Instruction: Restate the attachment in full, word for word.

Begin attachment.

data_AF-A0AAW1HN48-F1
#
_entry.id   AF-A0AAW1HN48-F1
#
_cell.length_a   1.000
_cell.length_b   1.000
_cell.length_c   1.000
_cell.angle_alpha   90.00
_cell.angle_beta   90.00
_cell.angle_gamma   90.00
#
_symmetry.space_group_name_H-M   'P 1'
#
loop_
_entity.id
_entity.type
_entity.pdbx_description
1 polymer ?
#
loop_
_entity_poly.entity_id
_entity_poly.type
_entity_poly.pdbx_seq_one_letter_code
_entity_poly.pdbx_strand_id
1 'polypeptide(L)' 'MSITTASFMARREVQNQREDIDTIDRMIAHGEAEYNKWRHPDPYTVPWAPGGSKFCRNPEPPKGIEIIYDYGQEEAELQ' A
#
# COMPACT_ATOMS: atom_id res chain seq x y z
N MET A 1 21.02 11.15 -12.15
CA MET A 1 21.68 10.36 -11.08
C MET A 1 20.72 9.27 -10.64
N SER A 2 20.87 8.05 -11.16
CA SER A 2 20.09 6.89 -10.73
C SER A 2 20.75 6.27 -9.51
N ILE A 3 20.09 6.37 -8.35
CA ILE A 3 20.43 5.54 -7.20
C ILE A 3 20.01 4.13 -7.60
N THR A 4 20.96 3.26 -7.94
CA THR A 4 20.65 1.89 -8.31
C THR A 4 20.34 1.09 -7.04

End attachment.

data_AF-A0AAW1HN48-F1
#
_entry.id   AF-A0AAW1HN48-F1
#
_cell.length_a   1.000
_cell.length_b   1.000
_cell.length_c   1.000
_cell.angle_alpha   90.00
_cell.angle_beta   90.00
_cell.angle_gamma   90.00
#
_symmetry.space_group_name_H-M   'P 1'
#
loop_
_entity.id
_entity.type
_entity.pdbx_description
1 polymer ?
#
loop_
_entity_poly.entity_id
_entity_poly.type
_entity_poly.pdbx_seq_one_letter_code
_entity_poly.pdbx_strand_id
1 'polypeptide(L)' 'MSITTASFMARREVQNQREDIDTIDRMIAHGEAEYNKWRHPDPYTVPWAPGGSKFCRNPEPPKGIEIIYDYGQEEAELQ' A
#
# COMPACT_ATOMS: atom_id res chain seq x y z
N MET A 1 21.02 11.15 -12.15
CA MET A 1 21.68 10.36 -11.08
C MET A 1 20.72 9.27 -10.64
N SER A 2 20.87 8.05 -11.16
CA SER A 2 20.09 6.89 -10.73
C SER A 2 20.75 6.27 -9.51
N ILE A 3 20.09 6.37 -8.35
CA ILE A 3 20.43 5.54 -7.20
C ILE A 3 20.01 4.13 -7.60
N THR A 4 20.96 3.26 -7.94
CA THR A 4 20.65 1.89 -8.31
C THR A 4 20.34 1.09 -7.04